LP Radar: Tunnel vision

After a dip to -0.3 percent, returns on alternative investments in the fourth quarter of 2014 for the Pennsylvania State Employees’ Retirement System (SERS) have bounced back into positive territory.

The first quarter investment performance released at its last board meeting on 10 June 2015 showed its return on alternative investments was 2.4 percent – a welcome increase from the previous quarter. It was still less, though, than half the return rate from the year-ago period (returns in first quarter 2014 were 6.2 percent).

In this quarter, SERS generated $512 million in net-of-fees earnings, or 1.9 percent return on all investments, compared with 0.3 percent the previous quarter and 2.7 percent a year ago.

This rebound may be attributable to SERS’ efforts to increase cost-efficiency in private equity investments by making fewer commitments to top-tier managers but on a larger scale.

Last October, it committed $50 million each to Hahn & Company II and Insight Venture Partners IX funds, then another $25 million to HIG Bayside Loan Opportunity Fund IV as part of its short-term investment strategy for enhancing liquidity.

MAKING COMMITMENTS

During its board meeting in March, SERS approved a commitment of up to $50 million plus other expenses to Primavera Capital Fund II, a Chinese private equity fund focused on growth equity and control-oriented investments.

SERS has repeatedly partnered with North American buyout funds, having committed to 12 TPG funds between 1997 and 2008, and nine of ABRY Partners’ funds between 1997 and 2014. Its five most recent funds, though, have all been venture capital/growth equity funds, including the aforementioned Insight IX and New Enterprise Associates 15 fund, approved in SERS’ April board meeting.

In line with its investment strategy of making fewer, larger commitments, its capital to funds since 2014 has been either $25 million or $50 million each time.

During the 10 June board meeting, the SERS Investment Committee and StepStone Group made five recommendations for future interviews in alternative investing: ADV Opportunities Fund I, an Asia-focused $500 million fund; Clearlake Capital Partners IV, a North American midcap buyout fund targeting $1 billion; HIG Brazil and Latin American Fund targeting $685 million; Lightspeed India Partners I, a $115 million venture capital fund; and Sterling Group Partners IV, a North American midcap buyout fund.

The investment committee made a recommendation at its 29 April 2015 board meeting for a future interview with Horizon Impact Fund, a customised lower-middle market private equity fund of funds with SERS as its only LP. It was unclear at the time of publication whether the board approved the recommendation at the June meeting.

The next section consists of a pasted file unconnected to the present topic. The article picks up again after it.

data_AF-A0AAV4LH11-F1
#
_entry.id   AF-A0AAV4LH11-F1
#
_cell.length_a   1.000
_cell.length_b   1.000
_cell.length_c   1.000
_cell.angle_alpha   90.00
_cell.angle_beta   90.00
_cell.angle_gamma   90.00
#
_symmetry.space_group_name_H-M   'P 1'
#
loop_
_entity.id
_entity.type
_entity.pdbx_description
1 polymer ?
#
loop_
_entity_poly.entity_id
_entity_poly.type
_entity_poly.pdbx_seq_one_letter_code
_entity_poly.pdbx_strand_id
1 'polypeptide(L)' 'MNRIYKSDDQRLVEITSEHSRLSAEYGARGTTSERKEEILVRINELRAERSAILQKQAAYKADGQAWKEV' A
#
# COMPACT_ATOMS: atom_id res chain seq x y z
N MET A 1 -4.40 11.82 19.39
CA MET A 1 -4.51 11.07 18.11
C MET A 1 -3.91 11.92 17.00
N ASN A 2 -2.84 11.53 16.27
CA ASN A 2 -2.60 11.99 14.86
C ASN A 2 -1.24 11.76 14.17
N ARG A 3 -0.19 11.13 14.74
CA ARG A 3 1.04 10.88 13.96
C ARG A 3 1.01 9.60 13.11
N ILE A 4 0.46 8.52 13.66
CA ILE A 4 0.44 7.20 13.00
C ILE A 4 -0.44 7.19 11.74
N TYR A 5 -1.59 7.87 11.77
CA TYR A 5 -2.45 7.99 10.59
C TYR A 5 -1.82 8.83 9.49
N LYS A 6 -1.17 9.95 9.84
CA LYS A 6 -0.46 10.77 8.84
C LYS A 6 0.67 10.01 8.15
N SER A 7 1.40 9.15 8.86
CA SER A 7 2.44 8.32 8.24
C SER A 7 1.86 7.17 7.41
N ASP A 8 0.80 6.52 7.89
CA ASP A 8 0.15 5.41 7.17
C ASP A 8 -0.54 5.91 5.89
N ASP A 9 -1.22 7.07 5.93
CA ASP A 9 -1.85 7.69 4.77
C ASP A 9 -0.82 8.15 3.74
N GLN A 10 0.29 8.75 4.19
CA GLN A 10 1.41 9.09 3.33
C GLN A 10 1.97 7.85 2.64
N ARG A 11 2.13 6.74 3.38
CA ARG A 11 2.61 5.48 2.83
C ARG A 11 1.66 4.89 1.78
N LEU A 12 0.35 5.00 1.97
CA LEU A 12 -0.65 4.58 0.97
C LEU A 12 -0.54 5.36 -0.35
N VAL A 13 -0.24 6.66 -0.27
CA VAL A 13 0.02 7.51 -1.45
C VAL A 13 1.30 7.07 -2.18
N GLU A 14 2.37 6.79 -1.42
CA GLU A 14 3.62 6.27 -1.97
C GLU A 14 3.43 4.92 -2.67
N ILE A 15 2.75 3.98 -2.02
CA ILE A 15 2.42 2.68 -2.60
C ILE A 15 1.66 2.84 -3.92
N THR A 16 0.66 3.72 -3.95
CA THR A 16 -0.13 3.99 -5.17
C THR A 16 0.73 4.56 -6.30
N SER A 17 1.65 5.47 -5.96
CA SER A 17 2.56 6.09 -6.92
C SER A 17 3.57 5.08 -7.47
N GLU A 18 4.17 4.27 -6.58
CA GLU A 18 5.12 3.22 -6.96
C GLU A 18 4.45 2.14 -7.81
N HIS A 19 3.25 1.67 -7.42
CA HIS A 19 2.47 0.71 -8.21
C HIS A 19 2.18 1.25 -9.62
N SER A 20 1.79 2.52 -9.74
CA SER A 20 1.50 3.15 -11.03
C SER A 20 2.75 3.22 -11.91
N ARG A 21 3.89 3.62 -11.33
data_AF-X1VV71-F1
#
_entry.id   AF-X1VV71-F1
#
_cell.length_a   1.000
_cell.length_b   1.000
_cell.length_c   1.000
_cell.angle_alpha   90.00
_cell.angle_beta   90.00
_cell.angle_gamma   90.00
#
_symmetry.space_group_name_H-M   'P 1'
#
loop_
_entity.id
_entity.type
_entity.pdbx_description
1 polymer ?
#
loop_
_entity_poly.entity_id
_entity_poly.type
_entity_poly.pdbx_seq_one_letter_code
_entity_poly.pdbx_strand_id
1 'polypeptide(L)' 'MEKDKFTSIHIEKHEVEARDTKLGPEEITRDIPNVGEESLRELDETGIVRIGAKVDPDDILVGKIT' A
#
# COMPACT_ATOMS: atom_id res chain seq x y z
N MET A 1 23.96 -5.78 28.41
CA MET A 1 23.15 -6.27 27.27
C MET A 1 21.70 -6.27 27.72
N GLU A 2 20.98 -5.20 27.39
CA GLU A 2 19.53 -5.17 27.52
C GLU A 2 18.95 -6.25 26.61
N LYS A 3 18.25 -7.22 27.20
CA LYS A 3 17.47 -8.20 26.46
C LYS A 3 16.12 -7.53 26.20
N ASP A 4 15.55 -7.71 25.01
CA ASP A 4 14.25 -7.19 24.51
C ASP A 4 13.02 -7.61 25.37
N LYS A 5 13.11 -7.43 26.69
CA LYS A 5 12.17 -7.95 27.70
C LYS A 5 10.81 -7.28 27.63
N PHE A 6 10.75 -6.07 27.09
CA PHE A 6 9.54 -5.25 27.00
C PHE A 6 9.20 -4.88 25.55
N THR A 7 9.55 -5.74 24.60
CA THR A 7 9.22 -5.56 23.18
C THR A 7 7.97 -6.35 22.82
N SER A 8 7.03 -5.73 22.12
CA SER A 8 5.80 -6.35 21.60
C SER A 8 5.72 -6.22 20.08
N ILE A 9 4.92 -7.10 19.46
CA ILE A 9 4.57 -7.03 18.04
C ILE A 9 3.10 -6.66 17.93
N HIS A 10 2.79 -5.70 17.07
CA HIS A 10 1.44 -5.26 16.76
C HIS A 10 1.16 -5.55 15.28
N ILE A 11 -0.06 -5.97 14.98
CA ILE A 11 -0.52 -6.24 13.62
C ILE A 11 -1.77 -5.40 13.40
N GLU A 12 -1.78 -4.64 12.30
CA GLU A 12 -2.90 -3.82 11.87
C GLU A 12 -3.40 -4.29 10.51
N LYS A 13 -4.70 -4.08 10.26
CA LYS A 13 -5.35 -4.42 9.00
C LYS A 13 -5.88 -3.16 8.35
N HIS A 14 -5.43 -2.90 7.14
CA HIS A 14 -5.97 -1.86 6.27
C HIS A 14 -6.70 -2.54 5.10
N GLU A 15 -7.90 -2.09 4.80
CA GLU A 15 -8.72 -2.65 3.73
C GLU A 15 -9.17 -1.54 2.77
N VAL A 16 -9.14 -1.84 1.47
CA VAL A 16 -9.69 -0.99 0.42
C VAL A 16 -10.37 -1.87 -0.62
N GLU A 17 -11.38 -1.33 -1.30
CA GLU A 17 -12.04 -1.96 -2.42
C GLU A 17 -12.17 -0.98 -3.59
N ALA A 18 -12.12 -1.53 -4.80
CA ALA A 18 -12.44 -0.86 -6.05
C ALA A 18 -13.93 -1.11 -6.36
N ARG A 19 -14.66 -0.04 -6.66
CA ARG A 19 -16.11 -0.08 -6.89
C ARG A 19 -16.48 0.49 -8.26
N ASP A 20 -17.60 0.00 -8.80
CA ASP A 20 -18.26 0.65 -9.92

These commitments are part of SERS’ strategic investment plan, for which the board approved a $600 million annual pacing for investment in illiquid assets. According to SERS spokeswoman Pamela Hile, $500 million of that amount is allotted to alternatives – private equity, special situations and venture capital – while the remaining $100 million is allotted to real assets – private energy, real estate, REITs, commodities and infrastructure.

“Our plan was designed to structure a well-diversified portfolio to meet the needs of a system that is currently underfunded, steadily maturing – has more retirees than active members – and, in the near term, will receive employer contributions below the actuarially required rate,” Hile told Private Equity International. “Those unique characteristics mean we need liquidity, low cash flow volatility and capital protection.”

GATEWAY TO ALTERNATIVES

Citing these needs, Hile said SERS continuously monitors fund performance, the markets and cash flows. Alternative investments let the pension fund gain exposure to opportunities unavailable in the public markets. As of 31 December 2013, the programme had committed to 337 partnerships managed by 140 GPs.

“Our alternative investments portfolio is structured to seek high, long-term capital appreciation to enhance total fund returns,” Hile said, “and therefore considers a multitude of factors with each commitment, including fund size, investment strategy, geographic focus, market dynamics, potential total fund implications.”

According to the SERS asset allocation report released at the end of the first quarter, the system allocated 11 percent of its total $27.25 billion fund, or $2.99 billion, to private equity in that period. In the previous quarter, it had allocated 11.4 percent, or $3.10 billion, and 13.2 percent, or $3.61 billion, in the year-ago period. By comparison, SERS allocated 4.9 percent of the fund to venture capital in the first quarter.

SERS’ long-term target for private equity allocation is set at 15 percent, compared with 21.8 percent, or $5.79 billion, reported at 31 January 2014. It benchmarks the Russell 3000 Index and a Custom Index for its alternative investment performance.

SERS manages $27.25 billion in assets and serves about 230,000 members. It has made more than 350 private equity fund commitments to date, totalling about $5.2 billion in capital.

At a time when LP investment strategies seem to be changing dramatically to increase efficiency, SERS is following suit. As one of the biggest statewide retirement plans in the US, it is worth watching where its investments in private equity are headed.